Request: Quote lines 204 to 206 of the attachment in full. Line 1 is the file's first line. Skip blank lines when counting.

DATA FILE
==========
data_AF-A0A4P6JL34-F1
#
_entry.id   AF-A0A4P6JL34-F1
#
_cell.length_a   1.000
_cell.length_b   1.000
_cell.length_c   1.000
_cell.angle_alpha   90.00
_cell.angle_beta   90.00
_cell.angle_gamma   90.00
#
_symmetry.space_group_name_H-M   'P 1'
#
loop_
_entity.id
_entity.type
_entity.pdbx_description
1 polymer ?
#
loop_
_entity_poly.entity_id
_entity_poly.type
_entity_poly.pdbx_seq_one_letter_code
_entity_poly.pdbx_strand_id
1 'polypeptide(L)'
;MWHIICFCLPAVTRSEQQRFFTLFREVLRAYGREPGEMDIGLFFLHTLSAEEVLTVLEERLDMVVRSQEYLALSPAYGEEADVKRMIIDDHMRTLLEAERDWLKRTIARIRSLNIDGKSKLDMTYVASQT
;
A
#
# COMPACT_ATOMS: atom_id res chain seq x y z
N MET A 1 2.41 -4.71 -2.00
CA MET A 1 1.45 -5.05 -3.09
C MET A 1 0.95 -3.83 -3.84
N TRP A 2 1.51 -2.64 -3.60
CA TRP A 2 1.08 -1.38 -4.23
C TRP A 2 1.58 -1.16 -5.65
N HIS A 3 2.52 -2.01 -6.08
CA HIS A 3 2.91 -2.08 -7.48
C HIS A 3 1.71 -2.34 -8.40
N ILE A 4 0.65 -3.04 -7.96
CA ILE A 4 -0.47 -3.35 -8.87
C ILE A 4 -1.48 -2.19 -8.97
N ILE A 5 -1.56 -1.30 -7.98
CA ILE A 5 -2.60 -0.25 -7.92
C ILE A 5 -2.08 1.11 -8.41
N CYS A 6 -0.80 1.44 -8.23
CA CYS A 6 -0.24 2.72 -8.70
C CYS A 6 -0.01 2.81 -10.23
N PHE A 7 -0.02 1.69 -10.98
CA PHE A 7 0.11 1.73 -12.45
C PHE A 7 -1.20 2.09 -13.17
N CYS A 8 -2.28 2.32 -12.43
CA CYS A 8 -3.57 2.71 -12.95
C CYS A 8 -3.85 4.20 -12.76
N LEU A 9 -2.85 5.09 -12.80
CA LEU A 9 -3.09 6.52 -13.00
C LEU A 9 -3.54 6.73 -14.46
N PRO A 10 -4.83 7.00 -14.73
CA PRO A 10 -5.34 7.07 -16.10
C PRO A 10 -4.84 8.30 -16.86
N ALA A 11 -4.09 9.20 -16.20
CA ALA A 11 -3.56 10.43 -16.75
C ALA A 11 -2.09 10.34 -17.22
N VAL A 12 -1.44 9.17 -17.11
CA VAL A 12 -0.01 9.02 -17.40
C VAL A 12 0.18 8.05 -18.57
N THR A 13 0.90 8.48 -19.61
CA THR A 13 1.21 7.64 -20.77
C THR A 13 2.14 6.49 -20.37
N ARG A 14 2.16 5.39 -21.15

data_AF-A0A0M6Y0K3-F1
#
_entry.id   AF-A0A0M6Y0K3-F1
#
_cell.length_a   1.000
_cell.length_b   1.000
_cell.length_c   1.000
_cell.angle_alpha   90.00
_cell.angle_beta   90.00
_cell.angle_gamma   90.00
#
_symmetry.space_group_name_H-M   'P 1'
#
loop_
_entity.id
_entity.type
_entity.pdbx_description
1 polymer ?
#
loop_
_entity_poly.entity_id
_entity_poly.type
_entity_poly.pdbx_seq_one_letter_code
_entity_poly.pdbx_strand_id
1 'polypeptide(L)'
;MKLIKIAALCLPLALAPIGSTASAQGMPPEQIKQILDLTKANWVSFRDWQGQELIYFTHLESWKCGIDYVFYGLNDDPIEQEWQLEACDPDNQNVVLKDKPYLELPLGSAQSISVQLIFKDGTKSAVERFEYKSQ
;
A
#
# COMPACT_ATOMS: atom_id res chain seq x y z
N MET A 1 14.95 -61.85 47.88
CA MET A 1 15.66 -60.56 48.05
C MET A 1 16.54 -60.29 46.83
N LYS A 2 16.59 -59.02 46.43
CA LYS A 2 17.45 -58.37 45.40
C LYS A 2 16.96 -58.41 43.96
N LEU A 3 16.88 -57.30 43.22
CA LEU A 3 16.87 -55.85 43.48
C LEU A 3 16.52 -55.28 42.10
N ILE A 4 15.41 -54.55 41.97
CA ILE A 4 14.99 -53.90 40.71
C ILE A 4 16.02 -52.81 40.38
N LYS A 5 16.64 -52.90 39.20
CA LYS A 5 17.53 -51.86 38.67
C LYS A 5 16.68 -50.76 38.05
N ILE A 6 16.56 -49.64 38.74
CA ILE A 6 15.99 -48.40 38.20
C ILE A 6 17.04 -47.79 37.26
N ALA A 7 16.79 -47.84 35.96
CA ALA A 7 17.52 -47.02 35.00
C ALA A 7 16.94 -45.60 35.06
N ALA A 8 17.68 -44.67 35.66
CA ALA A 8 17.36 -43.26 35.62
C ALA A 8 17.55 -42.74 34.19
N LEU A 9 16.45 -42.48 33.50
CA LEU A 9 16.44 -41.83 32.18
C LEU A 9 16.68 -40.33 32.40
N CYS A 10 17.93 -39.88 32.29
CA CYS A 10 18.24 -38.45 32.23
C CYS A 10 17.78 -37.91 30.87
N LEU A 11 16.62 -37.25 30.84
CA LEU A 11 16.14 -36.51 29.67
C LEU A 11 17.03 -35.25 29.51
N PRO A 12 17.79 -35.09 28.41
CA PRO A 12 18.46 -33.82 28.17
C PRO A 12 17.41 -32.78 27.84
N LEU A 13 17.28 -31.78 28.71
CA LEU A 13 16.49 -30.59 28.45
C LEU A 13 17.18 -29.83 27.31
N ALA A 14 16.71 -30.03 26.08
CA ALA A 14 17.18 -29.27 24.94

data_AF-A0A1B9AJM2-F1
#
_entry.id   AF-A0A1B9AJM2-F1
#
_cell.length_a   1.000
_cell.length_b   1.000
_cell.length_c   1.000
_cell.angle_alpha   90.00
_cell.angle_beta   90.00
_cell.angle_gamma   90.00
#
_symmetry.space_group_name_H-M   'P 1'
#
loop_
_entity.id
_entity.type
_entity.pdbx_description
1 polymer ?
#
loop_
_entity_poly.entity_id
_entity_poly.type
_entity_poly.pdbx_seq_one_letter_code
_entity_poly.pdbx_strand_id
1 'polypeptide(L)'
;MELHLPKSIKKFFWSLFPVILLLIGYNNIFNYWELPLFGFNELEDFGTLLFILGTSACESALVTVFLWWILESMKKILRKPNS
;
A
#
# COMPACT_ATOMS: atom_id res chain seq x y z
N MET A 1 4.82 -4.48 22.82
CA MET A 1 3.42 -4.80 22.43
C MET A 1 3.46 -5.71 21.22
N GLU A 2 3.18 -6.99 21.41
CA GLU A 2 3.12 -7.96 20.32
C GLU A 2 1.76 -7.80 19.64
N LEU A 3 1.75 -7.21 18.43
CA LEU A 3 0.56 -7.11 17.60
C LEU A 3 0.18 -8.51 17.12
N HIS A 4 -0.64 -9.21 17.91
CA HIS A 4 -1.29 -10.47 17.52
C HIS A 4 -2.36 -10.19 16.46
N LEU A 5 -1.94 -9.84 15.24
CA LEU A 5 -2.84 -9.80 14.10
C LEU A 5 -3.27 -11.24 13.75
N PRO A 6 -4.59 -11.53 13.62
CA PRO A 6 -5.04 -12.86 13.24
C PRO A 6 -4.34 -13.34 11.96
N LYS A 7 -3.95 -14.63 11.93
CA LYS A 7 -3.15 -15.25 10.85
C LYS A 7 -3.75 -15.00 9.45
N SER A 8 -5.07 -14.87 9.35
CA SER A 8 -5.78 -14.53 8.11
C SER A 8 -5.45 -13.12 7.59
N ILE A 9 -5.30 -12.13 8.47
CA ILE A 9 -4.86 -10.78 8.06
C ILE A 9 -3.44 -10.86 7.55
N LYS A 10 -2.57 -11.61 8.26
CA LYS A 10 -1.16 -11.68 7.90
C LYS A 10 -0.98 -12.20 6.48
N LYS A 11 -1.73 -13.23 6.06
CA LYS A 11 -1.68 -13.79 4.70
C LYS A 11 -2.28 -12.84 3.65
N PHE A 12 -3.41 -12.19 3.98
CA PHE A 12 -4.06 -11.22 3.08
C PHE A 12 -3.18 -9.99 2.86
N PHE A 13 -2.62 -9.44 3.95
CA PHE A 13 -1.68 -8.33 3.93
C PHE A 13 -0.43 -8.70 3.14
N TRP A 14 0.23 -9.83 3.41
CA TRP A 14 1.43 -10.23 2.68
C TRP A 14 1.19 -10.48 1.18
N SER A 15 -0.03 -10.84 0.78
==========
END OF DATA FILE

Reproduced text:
C LYS A 11 -2.28 -12.84 3.65
N PHE A 12 -3.41 -12.19 3.98
CA PHE A 12 -4.06 -11.22 3.08